I/O interface 24 may be coupled to system memory 23 for direct memory addressing (DMA). Though computer 18 may be programmed to carry out graphics oriented processing without a separate device for graphics processing, a more efficient use of processor 22 is to have a separate device for graphics processing. Accordingly, graphics system 25 may be coupled to I/O interface 24 in a known manner. Such graphics subsystems are well known, and often take the form of a “card.” Moreover, in some instances, a graphics chip set is implemented on a motherboard, and thus no separate graphics card is used, or an optional separate graphics card can still be used, even if motherboard chips perform graphics functions. A key point is that no special circuitry for implementing one or more aspects of the present invention is needed. Rather, one or more aspects of the present invention may be implemented with “consumer off-the-shelf” (COTS) equipment. Graphics subsystem 25 provides an output 27 that is provided to computer monitor 11.

FIG. 3 is a block diagram of an exemplary embodiment of a graphics pipeline 30 coupled to a display 11 in accordance with one or more aspects of the present invention. Graphics pipeline 30 may be accessed by or an extension of an application program via an Application Program Interface (API), such as OpenGL®, Direct3D®, and DirectDraw®. For purposes of clarity, graphics pipeline 30 is described as implemented in hardware, though a combination of hardware and software may be used. Graphics pipeline comprises frontend 31, geometry processor 32, pixel processor 33, texture processor 34, raster operations processor 35, memory interface 36, memory or frame buffer 37, and scan out processor 38. Scan out processor 38 is coupled to display 11, such as a computer monitor. Optionally, a two-dimensional (2D) processor 47 may be coupled between frontend 31 and memory interface 36.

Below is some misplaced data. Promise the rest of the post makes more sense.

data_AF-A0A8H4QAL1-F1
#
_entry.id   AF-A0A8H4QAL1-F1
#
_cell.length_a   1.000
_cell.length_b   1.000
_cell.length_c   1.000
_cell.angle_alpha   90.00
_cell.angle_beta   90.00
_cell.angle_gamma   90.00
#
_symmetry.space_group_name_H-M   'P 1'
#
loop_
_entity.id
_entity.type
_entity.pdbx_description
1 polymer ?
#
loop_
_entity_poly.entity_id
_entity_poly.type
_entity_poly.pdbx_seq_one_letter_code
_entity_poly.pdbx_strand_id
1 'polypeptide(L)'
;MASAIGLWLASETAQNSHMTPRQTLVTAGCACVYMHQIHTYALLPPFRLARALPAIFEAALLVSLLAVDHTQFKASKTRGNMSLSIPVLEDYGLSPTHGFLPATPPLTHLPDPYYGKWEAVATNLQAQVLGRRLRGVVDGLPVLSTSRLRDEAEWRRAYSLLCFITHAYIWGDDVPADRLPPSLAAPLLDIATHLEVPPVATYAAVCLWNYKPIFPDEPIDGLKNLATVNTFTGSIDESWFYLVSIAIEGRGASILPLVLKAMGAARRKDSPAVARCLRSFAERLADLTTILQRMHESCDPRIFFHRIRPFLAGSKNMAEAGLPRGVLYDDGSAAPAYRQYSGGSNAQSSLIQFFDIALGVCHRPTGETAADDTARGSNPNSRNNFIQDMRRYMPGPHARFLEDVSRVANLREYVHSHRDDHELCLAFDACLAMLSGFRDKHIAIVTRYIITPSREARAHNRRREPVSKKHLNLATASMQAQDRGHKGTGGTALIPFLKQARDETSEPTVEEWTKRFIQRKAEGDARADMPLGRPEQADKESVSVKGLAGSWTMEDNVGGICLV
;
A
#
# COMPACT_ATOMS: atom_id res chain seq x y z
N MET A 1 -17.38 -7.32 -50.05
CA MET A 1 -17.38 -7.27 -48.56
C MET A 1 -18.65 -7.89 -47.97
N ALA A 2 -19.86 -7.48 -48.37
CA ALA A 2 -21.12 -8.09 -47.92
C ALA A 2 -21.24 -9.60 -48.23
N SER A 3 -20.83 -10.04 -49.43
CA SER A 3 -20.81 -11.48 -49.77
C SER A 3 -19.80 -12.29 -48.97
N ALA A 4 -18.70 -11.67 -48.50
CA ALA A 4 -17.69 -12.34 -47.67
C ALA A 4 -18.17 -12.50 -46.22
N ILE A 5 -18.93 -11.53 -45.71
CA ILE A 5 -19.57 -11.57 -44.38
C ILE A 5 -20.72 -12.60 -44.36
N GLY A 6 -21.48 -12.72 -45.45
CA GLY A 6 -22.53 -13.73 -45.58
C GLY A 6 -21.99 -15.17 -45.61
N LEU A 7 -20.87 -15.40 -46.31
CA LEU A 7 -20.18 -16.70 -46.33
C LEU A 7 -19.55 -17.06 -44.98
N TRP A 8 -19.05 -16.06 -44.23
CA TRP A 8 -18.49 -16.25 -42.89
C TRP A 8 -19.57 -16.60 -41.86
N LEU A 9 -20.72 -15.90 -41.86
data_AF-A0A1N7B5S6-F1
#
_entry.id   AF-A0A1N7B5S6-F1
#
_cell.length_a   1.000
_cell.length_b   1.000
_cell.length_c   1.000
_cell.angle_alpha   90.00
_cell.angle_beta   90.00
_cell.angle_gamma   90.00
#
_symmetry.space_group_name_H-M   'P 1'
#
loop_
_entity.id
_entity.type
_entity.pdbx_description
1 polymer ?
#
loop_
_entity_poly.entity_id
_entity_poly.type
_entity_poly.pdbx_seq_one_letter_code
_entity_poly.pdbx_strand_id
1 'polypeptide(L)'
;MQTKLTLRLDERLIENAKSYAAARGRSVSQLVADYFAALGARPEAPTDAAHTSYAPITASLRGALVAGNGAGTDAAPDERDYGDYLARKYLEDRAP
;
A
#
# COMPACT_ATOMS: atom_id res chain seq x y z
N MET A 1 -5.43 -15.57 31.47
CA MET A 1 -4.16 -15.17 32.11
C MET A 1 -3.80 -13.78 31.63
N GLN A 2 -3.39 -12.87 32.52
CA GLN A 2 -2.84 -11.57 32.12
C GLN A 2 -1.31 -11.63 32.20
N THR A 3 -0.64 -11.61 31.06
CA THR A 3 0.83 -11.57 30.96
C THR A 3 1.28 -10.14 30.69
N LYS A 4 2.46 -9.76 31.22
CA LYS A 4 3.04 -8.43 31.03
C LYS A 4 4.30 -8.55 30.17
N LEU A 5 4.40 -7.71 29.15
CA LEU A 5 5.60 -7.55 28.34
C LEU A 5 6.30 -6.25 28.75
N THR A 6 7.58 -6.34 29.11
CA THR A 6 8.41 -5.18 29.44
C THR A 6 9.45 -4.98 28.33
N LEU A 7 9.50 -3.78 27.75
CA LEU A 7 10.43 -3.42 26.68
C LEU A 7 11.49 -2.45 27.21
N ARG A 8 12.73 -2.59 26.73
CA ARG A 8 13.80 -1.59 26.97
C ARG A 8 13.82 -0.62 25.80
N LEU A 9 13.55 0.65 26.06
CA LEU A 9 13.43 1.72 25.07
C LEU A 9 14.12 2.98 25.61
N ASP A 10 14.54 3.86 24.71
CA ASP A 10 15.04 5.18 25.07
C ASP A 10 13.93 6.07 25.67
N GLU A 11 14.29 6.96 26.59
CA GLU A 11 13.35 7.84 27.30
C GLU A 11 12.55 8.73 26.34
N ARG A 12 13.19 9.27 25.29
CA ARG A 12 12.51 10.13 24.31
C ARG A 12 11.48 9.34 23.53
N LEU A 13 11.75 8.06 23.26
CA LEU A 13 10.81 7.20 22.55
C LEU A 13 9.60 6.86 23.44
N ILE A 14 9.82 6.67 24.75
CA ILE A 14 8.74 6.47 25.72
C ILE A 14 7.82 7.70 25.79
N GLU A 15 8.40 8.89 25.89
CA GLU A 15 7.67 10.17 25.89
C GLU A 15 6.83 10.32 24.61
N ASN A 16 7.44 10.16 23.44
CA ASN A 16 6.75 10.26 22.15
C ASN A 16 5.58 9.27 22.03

With continuing reference to FIG. 3, and renewed reference to FIG. 2, input information 39 is received from a host computer, such as computer 18, by a graphics pipeline 30 of graphics subsystem 25. That is, input information 39 is fed into the graphics pipeline, to produce an image 43 that is stored in memory 37. Input information 39 may be in response to a program application, an operating system or other computer program having an image to be displayed.

Input information 39 is provided to front end 31, which manages DMA, buffering commands and the like for geometry processor 32. Geometry processor 32 processes polygons and performs transforms, such as translation, scaling, rotation, field-of-view, and depth test near and far field clipping, among others, for such an image to be made. Pixel processor 33 associates data to pixels for such an image 43 to be made. The pixel processor 33 may be a programmable unit (e.g., a “programmable shader”) that executes programs associated with pixels or sample locations within a graphics primitive.

Texture processor 34 generates texture values from texels stored as texture data 42, which texture data 42 can be stored in graphics subsystem memory 37, or system memory 23. Texture processor 34 performs interpolation, including but not limited to nearest, bilinear, trilinear and anisotropic interpolation amongst texels. Interpolation of texture coordinates, used to select texels for interpolation, includes plane equation and barycentric. Because some texel values are reused, texture processor 34 may cache texels to reduce repetitive reads from memory. Optionally, one or more coarser resolutions of image data 43 may be generated, for use in interpolation.